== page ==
- Ian's visits to virtual Plaka where, as a black man, he conversed in Greek with others. As he notes, Greece is "98% ethnically Greek" and in SL most of the Greeks already knew each other. He was greeted in Greek; perhaps the Virtual Athenians merely saw Ian's skin as a fashion choice. It's also funny to read Ian's account of a different spot where, in a twist of fate, he encountered a PhD student researching SL. I'm fond of this picture of him that, while blurry, shows his avatar interacting in the sort of diner/coffee shop I'd live in if I had enough free time:
- Antoine, an African-American man in real life, posed as a white female. He overheard one "N word" comment, but the context made it hard to determine if it were directed at a black avatar nearby or was just part of an ongoing conversation. The avatars in question did not even seem to notice him.
- Two students were treated poorly, as black women, at Luskwood. Both had received a good reception, by some of the same Furry avatars, when they appeared at Luskwood as white women. This seems odd, since Furries are so often targets of discrimination in SL. Both students were willing to be charitable. One of them wondered "whether their actions are merely reactions to the mistreatment that they have encountered. Here's one of the pair at the public Orientation Island.
- Jenna not only switched race (to caucasian) but also body-type. Below, she's half way through her transformation:
Instead of being young and fit with a trendy hair cut, she became plump and thick with a less unique hairstyle.
One avatar, full-figured like her, took time to have a prolonged conversation:
In real life people tend to gravitate towards other people who have an obvious similarity to them. This is usually associated with the idea that there is a sense of comfort in commonality. Judging from her willingness to open up to me, I believe the same concept applies in second life. In each region I visited in SL as a plump white female, I was a minority while "hot" white females had a dominating presence in large crowds. I felt more confident in approaching Jasmine because she was big like me. When I asked her what made her pick the body image of her avatar she said "I'm a big girl in real life." She also expressed that her avatar was a reflection of her real life image in both race, style, and body type. She claimed that being "big white girl" in SL did not prohibit her activities.Jenna continued, "I faced no insults for being white but I did experience being 'invisible' which I contribute to being 'fat.' [The woman who talked to me] only furthered my suspicions in saying that insults directed at her were 'never for being white," but were "just for being a whale.' "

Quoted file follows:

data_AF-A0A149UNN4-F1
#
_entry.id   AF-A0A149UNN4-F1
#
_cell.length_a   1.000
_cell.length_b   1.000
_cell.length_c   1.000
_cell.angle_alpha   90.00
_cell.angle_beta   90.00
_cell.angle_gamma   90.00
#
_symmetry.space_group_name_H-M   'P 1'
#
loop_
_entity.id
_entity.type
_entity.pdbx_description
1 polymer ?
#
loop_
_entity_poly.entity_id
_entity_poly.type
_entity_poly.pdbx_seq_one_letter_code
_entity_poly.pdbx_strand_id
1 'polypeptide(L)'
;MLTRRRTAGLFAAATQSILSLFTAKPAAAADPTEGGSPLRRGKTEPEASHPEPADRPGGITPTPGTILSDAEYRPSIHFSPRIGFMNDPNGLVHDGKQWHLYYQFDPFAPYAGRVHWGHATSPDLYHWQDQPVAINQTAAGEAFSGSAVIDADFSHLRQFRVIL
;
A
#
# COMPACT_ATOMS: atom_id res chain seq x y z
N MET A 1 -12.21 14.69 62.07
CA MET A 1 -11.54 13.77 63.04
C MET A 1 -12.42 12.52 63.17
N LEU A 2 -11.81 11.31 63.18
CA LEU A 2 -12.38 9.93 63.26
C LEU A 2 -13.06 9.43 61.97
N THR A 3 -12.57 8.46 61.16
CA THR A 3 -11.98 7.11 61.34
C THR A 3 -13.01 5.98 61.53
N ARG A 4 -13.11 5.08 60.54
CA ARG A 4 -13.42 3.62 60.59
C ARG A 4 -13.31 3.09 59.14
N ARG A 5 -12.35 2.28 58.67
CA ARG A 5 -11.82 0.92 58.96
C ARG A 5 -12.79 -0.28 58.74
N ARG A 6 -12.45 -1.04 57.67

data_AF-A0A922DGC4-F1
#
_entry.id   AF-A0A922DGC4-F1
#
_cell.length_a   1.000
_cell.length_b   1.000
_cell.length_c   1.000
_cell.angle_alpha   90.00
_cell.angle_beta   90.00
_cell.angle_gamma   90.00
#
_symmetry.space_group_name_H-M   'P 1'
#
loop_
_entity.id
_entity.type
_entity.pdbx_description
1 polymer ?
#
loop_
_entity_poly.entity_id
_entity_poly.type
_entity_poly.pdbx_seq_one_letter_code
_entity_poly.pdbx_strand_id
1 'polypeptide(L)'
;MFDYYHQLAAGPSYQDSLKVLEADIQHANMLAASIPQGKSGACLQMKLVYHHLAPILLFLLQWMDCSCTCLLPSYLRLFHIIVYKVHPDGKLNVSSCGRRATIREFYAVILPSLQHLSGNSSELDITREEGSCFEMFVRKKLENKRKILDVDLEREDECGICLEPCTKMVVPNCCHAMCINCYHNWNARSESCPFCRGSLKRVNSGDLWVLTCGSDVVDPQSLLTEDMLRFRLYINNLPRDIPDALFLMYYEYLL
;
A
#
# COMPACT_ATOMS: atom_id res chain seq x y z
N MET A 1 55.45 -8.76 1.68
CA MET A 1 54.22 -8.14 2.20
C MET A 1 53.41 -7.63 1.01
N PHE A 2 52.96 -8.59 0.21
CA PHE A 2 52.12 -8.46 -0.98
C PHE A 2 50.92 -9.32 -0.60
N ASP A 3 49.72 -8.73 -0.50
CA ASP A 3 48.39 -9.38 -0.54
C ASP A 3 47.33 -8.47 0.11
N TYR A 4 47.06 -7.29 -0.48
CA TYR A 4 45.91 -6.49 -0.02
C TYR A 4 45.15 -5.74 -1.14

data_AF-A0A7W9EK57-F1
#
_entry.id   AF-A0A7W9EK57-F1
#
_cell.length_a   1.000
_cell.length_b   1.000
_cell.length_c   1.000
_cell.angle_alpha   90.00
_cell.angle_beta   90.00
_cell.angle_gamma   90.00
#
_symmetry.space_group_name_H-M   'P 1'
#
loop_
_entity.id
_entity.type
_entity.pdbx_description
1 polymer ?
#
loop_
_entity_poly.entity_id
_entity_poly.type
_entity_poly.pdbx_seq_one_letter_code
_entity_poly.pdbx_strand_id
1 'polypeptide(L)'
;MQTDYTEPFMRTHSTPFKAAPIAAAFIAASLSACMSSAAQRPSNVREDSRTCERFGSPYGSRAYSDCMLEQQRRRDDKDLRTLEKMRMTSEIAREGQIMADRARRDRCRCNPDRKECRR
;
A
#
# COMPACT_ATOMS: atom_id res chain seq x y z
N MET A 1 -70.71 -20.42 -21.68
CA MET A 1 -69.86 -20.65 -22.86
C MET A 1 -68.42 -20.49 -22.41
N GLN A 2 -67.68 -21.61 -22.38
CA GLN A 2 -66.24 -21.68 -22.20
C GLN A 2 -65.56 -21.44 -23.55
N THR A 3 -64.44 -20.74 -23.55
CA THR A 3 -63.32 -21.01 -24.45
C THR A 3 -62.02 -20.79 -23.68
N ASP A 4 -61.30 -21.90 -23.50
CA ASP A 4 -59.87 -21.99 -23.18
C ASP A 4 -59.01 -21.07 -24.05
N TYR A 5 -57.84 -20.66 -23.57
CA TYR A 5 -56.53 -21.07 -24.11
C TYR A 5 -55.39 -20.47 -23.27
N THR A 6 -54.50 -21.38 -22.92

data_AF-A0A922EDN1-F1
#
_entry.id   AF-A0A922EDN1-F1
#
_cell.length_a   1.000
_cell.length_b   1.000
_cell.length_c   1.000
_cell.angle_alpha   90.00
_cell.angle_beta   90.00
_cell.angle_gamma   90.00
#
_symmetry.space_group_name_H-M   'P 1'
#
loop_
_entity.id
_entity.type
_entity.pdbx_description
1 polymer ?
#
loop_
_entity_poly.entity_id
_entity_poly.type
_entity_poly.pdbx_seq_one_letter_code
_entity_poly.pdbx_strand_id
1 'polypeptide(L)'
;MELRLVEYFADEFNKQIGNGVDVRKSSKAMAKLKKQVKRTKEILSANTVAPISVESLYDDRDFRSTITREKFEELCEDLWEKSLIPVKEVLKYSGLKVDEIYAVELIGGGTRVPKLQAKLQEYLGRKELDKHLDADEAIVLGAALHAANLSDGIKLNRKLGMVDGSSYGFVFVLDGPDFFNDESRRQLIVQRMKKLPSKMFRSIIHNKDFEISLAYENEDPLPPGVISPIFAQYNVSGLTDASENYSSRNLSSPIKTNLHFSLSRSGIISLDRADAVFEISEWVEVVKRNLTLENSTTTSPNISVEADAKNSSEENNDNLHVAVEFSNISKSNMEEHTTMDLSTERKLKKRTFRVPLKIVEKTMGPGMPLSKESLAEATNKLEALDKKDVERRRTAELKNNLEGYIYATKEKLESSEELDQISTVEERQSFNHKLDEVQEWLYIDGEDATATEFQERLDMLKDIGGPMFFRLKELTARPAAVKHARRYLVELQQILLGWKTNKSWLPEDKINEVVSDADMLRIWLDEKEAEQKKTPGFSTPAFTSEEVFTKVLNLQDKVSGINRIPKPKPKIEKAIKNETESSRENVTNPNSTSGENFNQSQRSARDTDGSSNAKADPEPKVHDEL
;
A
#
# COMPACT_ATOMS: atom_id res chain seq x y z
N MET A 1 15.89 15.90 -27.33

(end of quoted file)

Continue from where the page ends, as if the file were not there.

Conclusion: For SL-Experienced Students Only!
It would be foolish to toss new SL residents into this project; I don't recommend that faculty do this as a "one off" in a course that otherwise does not give students ample experience in SL to learn its skills and culture.
Overall, the findings by two groups of first-year writing students in two years may not be conclusive about race, but the apprehensions they all had were not matched by their experiences. Future students of this topic should control for variables such as clothing and, of course, location in the virtual world.
A sad coda to this project occurred after Ian had posted his project. He returned to Plaka, still in a dark skin, and in English someone said "Look at the N****r!" It repeated Erika Therian's experience, and Ian noted that the speakers had, in fact, been talking in Greek before making the slur. I'll still find hope, however, in one student's final remarks:
I had such a good time as a black avatar I don't know that I would want to risk changing back to the way I looked before.Next year we try again. Meanwhile, here's another finding. Those males who changed gender to female, of whatever race, did encounter sexist remarks and clumsy (or hilarious) pick-up lines, but that is a tale I'll soon tell in another post.